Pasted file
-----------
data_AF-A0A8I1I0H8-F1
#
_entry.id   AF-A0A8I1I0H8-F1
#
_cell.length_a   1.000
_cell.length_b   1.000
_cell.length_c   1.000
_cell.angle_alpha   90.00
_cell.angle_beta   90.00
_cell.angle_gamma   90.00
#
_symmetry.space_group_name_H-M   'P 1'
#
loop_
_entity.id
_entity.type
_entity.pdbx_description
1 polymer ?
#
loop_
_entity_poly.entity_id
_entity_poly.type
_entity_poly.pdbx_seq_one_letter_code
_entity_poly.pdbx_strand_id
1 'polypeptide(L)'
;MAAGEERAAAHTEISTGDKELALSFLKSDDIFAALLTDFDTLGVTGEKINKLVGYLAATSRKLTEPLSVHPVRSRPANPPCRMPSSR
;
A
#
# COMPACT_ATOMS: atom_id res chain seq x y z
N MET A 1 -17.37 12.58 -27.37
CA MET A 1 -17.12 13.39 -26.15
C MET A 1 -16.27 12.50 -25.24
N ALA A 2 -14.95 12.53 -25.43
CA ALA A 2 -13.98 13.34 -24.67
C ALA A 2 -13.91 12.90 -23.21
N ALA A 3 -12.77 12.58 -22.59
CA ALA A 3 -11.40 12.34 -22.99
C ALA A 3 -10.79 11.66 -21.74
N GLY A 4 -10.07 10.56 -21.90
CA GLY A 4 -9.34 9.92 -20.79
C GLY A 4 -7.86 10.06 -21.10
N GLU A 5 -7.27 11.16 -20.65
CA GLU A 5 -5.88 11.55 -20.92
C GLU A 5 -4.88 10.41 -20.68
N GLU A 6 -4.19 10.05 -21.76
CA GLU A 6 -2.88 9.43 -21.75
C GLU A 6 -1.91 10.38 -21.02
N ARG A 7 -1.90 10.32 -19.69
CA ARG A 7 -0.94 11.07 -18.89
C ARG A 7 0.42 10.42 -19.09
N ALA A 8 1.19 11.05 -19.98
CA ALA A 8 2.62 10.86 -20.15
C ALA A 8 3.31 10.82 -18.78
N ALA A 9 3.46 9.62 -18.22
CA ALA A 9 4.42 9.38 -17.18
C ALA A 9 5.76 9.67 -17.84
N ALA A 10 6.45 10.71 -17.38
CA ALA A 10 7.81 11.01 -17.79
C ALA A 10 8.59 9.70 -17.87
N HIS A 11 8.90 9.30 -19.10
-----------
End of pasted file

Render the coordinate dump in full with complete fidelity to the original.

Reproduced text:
data_AF-A0A8I1I0H8-F1
#
_entry.id   AF-A0A8I1I0H8-F1
#
_cell.length_a   1.000
_cell.length_b   1.000
_cell.length_c   1.000
_cell.angle_alpha   90.00
_cell.angle_beta   90.00
_cell.angle_gamma   90.00
#
_symmetry.space_group_name_H-M   'P 1'
#
loop_
_entity.id
_entity.type
_entity.pdbx_description
1 polymer ?
#
loop_
_entity_poly.entity_id
_entity_poly.type
_entity_poly.pdbx_seq_one_letter_code
_entity_poly.pdbx_strand_id
1 'polypeptide(L)'
;MAAGEERAAAHTEISTGDKELALSFLKSDDIFAALLTDFDTLGVTGEKINKLVGYLAATSRKLTEPLSVHPVRSRPANPPCRMPSSR
;
A
#
# COMPACT_ATOMS: atom_id res chain seq x y z
N MET A 1 -17.37 12.58 -27.37
CA MET A 1 -17.12 13.39 -26.15
C MET A 1 -16.27 12.50 -25.24
N ALA A 2 -14.95 12.53 -25.43
CA ALA A 2 -13.98 13.34 -24.67
C ALA A 2 -13.91 12.90 -23.21
N ALA A 3 -12.77 12.58 -22.59
CA ALA A 3 -11.40 12.34 -22.99
C ALA A 3 -10.79 11.66 -21.74
N GLY A 4 -10.07 10.56 -21.90
CA GLY A 4 -9.34 9.92 -20.79
C GLY A 4 -7.86 10.06 -21.10
N GLU A 5 -7.27 11.16 -20.65
CA GLU A 5 -5.88 11.55 -20.92
C GLU A 5 -4.88 10.41 -20.68
N GLU A 6 -4.19 10.05 -21.76
CA GLU A 6 -2.88 9.43 -21.75
C GLU A 6 -1.91 10.38 -21.02
N ARG A 7 -1.90 10.32 -19.69
CA ARG A 7 -0.94 11.07 -18.89
C ARG A 7 0.42 10.42 -19.09
N ALA A 8 1.19 11.05 -19.98
CA ALA A 8 2.62 10.86 -20.15
C ALA A 8 3.31 10.82 -18.78
N ALA A 9 3.46 9.62 -18.22
CA ALA A 9 4.42 9.38 -17.18
C ALA A 9 5.76 9.67 -17.84
N ALA A 10 6.45 10.71 -17.38
CA ALA A 10 7.81 11.01 -17.79
C ALA A 10 8.59 9.70 -17.87
N HIS A 11 8.90 9.30 -19.10